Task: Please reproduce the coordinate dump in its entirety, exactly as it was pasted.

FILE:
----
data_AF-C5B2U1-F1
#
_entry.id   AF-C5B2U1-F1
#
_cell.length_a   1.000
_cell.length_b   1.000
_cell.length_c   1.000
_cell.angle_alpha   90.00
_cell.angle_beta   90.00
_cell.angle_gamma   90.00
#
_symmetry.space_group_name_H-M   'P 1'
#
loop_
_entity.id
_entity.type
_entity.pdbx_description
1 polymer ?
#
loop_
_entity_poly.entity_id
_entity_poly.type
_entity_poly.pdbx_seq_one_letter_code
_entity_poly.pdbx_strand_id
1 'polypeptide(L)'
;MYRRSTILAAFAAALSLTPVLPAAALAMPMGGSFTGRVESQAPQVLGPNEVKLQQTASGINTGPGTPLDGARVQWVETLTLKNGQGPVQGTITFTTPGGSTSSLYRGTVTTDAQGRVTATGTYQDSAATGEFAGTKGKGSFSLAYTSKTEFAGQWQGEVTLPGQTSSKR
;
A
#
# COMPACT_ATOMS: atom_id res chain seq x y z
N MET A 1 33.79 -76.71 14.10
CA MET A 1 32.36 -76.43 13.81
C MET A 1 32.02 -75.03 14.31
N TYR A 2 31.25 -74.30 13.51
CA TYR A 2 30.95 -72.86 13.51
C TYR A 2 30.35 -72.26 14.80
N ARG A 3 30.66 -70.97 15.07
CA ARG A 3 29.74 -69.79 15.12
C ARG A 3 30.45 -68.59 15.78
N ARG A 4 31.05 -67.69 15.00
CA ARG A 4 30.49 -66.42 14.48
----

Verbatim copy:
data_AF-C5B2U1-F1
#
_entry.id   AF-C5B2U1-F1
#
_cell.length_a   1.000
_cell.length_b   1.000
_cell.length_c   1.000
_cell.angle_alpha   90.00
_cell.angle_beta   90.00
_cell.angle_gamma   90.00
#
_symmetry.space_group_name_H-M   'P 1'
#
loop_
_entity.id
_entity.type
_entity.pdbx_description
1 polymer ?
#
loop_
_entity_poly.entity_id
_entity_poly.type
_entity_poly.pdbx_seq_one_letter_code
_entity_poly.pdbx_strand_id
1 'polypeptide(L)'
;MYRRSTILAAFAAALSLTPVLPAAALAMPMGGSFTGRVESQAPQVLGPNEVKLQQTASGINTGPGTPLDGARVQWVETLTLKNGQGPVQGTITFTTPGGSTSSLYRGTVTTDAQGRVTATGTYQDSAATGEFAGTKGKGSFSLAYTSKTEFAGQWQGEVTLPGQTSSKR
;
A
#
# COMPACT_ATOMS: atom_id res chain seq x y z
N MET A 1 33.79 -76.71 14.10
CA MET A 1 32.36 -76.43 13.81
C MET A 1 32.02 -75.03 14.31
N TYR A 2 31.25 -74.30 13.51
CA TYR A 2 30.95 -72.86 13.51
C TYR A 2 30.35 -72.26 14.80
N ARG A 3 30.66 -70.97 15.07
CA ARG A 3 29.74 -69.79 15.12
C ARG A 3 30.45 -68.59 15.78
N ARG A 4 31.05 -67.69 15.00
CA ARG A 4 30.49 -66.42 14.48